11/02/2015 10:01 GMT | Updated 13/04/2015 06:59 BST

Observe The Masses, Do The Opposite

"Observe the masses and do the opposite" is something my dad used to say and is now a philosophy I have inherited. He always told me that when the masses are all charging in one direction after the next big thing, it's often the path in the opposite direction that leads to greater opportunities. At the time, I would never have thought those few words would affect my entrepreneurial journey as much as it has.

Growing up, I was always eager to watch my dad at work and knew from a very young age that I wanted to have my own business and become an entrepreneur. It was always expected that I would carry on the family business but, to my father's dismay, I wanted to do my own thing. To me, taking on the business seemed like the easy way out, everything would be handed to me on a plate and it wouldn't really feel like my own. I wouldn't have the same sense of accomplishment as I do when I start a business from scratch. This came as a huge surprise for my family and eventually, I left school at 16 with no qualifications, no experience or business connections just a very disappointed father. Since then, I have been taking his advice quite literally and applying it every step of the way.

My drive and determination to succeed means I've always been very conscious of being an individual. I think this is something every true entrepreneur has - a real understanding of their identity and eagerness to turn that into something special, taking the chance and questioning the status quo.

For example, when I set up my first headhunting company Alexander Mann, headhunting was primarily available to select businesses but I wanted to bring it to the mass market. This had never been done before and I eventually brought a new service to a market that didn't exist and this market was 10 times the size than its current base. Doing the unexpected has taken my career on some interesting journeys, subconsciously thinking of this philosophy and identifying different routes to market.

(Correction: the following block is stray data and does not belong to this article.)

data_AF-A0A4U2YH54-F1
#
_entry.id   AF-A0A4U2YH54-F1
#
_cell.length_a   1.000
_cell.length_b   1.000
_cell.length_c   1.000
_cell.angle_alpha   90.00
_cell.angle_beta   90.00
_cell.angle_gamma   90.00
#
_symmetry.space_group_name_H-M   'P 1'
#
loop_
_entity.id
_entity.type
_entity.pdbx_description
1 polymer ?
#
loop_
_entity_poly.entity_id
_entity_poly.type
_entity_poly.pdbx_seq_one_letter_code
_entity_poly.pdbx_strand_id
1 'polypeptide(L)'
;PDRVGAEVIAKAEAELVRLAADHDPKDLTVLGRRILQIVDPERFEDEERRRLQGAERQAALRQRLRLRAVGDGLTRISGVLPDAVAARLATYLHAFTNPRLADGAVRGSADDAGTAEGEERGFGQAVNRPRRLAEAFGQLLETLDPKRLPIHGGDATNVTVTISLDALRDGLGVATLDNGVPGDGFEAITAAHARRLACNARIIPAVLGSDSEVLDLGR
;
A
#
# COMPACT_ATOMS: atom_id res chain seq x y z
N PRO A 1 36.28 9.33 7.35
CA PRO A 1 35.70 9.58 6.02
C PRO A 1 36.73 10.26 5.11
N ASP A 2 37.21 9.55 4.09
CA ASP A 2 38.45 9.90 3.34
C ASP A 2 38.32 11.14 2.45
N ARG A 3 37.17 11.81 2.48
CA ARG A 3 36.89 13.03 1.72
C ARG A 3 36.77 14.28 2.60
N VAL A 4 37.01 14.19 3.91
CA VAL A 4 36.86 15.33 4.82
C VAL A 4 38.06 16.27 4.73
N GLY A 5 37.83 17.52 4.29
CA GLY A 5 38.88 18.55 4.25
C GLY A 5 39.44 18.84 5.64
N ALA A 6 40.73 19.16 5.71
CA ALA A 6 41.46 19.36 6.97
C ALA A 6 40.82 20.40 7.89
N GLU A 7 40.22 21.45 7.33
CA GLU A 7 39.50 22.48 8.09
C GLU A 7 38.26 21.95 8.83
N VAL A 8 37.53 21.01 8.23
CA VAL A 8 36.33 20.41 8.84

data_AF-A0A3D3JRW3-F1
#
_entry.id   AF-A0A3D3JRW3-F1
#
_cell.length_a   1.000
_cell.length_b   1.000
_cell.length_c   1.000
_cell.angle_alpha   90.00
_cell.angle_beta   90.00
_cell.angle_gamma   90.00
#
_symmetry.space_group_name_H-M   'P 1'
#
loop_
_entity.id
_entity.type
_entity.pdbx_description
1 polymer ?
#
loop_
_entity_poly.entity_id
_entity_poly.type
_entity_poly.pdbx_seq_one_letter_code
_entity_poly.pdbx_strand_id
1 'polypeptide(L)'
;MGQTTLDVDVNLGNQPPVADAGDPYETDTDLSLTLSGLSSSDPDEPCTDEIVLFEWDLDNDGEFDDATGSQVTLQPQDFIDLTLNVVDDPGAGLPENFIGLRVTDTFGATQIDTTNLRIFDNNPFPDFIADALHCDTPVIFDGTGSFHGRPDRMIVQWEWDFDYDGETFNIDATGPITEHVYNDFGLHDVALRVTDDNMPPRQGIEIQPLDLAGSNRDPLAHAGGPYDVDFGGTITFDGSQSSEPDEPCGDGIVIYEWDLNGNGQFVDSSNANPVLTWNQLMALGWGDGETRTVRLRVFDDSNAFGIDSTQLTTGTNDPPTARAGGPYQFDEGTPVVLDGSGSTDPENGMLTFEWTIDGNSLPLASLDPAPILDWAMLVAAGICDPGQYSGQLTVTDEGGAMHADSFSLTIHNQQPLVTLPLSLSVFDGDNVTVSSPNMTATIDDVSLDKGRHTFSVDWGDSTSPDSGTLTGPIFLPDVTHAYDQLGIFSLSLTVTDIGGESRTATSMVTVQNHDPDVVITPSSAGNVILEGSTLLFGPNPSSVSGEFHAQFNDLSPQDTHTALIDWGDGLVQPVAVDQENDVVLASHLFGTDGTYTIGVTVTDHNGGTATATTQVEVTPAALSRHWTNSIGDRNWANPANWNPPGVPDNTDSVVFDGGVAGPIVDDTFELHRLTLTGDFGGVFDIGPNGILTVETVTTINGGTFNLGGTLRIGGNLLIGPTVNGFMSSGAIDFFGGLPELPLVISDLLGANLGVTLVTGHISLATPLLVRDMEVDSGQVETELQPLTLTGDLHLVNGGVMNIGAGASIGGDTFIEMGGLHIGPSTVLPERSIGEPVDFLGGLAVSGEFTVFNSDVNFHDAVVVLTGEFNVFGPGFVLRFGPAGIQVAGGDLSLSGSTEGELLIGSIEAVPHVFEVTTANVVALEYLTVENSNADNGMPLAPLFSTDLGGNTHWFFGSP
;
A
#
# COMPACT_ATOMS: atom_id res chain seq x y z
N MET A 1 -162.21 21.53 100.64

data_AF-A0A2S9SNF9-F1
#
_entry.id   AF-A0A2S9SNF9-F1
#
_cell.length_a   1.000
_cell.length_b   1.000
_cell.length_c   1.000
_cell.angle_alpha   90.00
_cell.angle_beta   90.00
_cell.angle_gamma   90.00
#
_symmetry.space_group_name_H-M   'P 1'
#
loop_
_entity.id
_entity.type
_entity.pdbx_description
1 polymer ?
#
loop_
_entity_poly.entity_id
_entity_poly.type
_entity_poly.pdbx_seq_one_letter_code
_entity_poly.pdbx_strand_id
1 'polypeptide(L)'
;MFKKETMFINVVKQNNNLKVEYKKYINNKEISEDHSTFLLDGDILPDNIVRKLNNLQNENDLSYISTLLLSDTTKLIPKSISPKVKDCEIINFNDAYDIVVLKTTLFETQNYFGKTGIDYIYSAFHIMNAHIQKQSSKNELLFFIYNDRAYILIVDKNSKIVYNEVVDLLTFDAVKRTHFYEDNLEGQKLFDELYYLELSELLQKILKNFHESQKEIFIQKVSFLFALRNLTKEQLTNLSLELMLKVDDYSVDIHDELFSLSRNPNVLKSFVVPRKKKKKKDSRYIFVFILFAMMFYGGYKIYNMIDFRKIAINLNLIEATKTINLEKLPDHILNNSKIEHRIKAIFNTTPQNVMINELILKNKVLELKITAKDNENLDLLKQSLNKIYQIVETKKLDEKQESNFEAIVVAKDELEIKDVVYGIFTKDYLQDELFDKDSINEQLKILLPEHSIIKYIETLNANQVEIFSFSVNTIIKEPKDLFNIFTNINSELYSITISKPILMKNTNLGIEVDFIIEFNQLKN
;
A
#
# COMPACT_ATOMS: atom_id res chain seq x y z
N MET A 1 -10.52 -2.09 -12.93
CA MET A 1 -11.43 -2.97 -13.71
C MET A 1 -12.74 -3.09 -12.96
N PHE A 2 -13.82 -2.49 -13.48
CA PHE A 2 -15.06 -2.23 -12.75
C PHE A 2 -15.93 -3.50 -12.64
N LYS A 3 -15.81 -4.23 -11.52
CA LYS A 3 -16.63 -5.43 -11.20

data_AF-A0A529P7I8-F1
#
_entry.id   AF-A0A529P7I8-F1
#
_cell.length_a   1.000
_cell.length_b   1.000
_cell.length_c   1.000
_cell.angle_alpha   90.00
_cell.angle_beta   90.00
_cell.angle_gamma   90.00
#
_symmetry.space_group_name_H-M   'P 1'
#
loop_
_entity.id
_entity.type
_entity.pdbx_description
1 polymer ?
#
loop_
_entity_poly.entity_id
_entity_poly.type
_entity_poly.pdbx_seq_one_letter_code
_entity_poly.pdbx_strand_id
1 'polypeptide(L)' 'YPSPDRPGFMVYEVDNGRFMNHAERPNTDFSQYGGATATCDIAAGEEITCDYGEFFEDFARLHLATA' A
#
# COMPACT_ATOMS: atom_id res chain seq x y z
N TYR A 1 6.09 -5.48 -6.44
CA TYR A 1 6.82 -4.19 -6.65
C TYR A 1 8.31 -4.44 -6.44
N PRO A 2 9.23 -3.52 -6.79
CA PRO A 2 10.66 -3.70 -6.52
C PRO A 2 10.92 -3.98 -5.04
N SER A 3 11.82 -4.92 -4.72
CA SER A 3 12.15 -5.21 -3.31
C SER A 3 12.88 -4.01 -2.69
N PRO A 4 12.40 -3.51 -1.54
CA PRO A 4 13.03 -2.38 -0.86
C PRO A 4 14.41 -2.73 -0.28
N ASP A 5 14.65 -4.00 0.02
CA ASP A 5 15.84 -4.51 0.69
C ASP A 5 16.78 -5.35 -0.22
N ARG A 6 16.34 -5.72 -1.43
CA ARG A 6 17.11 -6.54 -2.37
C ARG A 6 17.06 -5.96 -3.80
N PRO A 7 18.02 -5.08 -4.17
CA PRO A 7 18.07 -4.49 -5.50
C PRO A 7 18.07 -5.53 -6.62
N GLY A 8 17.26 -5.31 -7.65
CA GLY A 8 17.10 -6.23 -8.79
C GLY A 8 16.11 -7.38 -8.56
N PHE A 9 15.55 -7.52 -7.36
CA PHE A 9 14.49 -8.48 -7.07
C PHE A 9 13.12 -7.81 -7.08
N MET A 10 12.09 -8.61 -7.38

I'm surprised by how often people assume that if you're successful, then you've always been successful. When I tell people my story, starting my first business without any money or support in a windowless broom cupboard with only the yellow pages for company, they are genuinely surprised. Anyone with the same passion can start a business the way I did. All it takes is a good idea, the determination to tell people about it and a willingness to start out on a journey even though you don't know the destination. Did I sit in my broom cupboard and know how it would turn out? Of course not... I just wanted to see what would happen! I followed this mantra and the rest is history.

In the past few years there has been a huge soar in the number of people considering entrepreneurship as a career and actually taking the leap into starting their own business. Entrepreneurs are the new rock stars! At last people aspire to start their own businesses and begin their entrepreneurial journeys. These people ask me every single day about the best way to start a business and the truth is that there is no quick answer: Success takes time. Combining the ability to recognise talent, advocate innovative thinking and understand business isn't about good transactions, it's about good relationships.

Success doesn't necessarily mean inventing something new, just doing it a little differently. So think outside the box, who knows where your imagination may take you, and like my father said; "observe the masses and do the opposite."